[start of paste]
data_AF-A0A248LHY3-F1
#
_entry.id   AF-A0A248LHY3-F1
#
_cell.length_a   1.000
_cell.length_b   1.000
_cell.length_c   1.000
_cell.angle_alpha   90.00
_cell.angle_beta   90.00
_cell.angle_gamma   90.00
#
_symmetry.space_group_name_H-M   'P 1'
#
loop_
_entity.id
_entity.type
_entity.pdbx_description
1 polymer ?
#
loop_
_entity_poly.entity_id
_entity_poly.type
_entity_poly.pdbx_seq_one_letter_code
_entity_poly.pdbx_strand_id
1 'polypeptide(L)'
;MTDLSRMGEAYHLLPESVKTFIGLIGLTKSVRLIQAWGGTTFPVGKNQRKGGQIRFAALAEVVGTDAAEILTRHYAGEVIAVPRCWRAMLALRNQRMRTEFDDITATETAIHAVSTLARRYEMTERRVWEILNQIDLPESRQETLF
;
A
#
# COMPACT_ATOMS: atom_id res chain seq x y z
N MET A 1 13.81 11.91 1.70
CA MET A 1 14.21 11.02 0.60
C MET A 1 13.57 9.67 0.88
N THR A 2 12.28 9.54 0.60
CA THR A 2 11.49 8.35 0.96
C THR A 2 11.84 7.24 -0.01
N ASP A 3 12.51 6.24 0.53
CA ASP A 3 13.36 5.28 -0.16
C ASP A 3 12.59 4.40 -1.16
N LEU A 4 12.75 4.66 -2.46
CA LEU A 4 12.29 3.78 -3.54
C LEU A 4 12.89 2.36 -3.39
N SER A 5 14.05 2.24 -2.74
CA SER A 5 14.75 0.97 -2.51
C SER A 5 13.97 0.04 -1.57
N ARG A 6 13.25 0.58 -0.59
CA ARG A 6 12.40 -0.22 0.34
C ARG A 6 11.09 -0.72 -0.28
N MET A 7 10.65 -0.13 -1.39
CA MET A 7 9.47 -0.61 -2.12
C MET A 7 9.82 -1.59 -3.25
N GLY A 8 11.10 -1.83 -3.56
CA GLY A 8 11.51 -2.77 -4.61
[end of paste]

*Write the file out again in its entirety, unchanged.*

data_AF-A0A248LHY3-F1
#
_entry.id   AF-A0A248LHY3-F1
#
_cell.length_a   1.000
_cell.length_b   1.000
_cell.length_c   1.000
_cell.angle_alpha   90.00
_cell.angle_beta   90.00
_cell.angle_gamma   90.00
#
_symmetry.space_group_name_H-M   'P 1'
#
loop_
_entity.id
_entity.type
_entity.pdbx_description
1 polymer ?
#
loop_
_entity_poly.entity_id
_entity_poly.type
_entity_poly.pdbx_seq_one_letter_code
_entity_poly.pdbx_strand_id
1 'polypeptide(L)'
;MTDLSRMGEAYHLLPESVKTFIGLIGLTKSVRLIQAWGGTTFPVGKNQRKGGQIRFAALAEVVGTDAAEILTRHYAGEVIAVPRCWRAMLALRNQRMRTEFDDITATETAIHAVSTLARRYEMTERRVWEILNQIDLPESRQETLF
;
A
#
# COMPACT_ATOMS: atom_id res chain seq x y z
N MET A 1 13.81 11.91 1.70
CA MET A 1 14.21 11.02 0.60
C MET A 1 13.57 9.67 0.88
N THR A 2 12.28 9.54 0.60
CA THR A 2 11.49 8.35 0.96
C THR A 2 11.84 7.24 -0.01
N ASP A 3 12.51 6.24 0.53
CA ASP A 3 13.36 5.28 -0.16
C ASP A 3 12.59 4.40 -1.16
N LEU A 4 12.75 4.66 -2.46
CA LEU A 4 12.29 3.78 -3.54
C LEU A 4 12.89 2.36 -3.39
N SER A 5 14.05 2.24 -2.74
CA SER A 5 14.75 0.97 -2.51
C SER A 5 13.97 0.04 -1.57
N ARG A 6 13.25 0.58 -0.59
CA ARG A 6 12.40 -0.22 0.34
C ARG A 6 11.09 -0.72 -0.28
N MET A 7 10.65 -0.13 -1.39
CA MET A 7 9.47 -0.61 -2.12
C MET A 7 9.82 -1.59 -3.25
N GLY A 8 11.10 -1.83 -3.56
CA GLY A 8 11.51 -2.77 -4.61